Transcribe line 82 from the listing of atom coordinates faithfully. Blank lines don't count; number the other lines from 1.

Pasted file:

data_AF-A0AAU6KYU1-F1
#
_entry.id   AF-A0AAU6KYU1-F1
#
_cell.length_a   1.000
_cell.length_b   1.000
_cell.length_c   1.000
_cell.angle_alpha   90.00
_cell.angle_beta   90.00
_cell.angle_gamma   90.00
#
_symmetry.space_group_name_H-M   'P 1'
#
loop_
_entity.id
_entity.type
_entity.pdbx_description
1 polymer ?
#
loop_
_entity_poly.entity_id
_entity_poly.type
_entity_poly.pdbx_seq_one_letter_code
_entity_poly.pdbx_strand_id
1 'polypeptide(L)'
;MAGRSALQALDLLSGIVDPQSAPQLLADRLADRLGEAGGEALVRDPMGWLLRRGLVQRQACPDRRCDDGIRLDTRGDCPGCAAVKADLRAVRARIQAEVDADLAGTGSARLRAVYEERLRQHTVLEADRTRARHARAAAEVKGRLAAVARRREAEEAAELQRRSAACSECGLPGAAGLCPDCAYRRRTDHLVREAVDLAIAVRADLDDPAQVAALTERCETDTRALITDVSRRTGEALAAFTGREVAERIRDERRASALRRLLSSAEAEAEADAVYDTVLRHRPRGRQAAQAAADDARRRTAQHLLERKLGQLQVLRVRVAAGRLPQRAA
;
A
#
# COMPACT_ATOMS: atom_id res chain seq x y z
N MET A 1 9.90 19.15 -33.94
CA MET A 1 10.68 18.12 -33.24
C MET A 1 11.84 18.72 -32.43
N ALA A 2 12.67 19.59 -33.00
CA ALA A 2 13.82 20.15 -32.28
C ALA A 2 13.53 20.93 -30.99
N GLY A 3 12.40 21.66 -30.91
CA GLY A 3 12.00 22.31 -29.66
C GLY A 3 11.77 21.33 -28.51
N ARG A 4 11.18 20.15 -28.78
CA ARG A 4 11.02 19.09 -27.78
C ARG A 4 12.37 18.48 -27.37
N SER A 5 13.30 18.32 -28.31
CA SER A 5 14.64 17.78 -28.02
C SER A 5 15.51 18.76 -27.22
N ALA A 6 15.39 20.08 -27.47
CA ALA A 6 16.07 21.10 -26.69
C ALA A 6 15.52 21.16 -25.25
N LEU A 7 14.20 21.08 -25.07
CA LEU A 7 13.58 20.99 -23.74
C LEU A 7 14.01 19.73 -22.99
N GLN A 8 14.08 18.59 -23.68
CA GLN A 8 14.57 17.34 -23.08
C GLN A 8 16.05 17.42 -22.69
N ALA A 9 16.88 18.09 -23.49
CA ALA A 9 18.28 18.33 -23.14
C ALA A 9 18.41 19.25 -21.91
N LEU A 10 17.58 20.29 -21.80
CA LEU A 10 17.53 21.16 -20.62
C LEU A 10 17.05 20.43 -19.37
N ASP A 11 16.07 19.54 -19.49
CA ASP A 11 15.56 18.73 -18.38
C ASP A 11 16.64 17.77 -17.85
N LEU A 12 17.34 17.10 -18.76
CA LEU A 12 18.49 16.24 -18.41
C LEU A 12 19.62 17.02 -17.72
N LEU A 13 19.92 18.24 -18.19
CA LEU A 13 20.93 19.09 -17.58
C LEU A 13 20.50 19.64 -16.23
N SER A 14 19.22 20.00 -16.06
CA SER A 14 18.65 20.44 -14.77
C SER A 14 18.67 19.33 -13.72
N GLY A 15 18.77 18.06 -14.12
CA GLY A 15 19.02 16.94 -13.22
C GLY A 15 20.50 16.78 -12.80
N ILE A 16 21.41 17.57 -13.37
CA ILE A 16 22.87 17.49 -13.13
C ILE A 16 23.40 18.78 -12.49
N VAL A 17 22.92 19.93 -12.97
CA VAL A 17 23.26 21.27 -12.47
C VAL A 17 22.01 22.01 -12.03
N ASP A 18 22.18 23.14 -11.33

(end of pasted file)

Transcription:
N ASP A 18 22.18 23.14 -11.33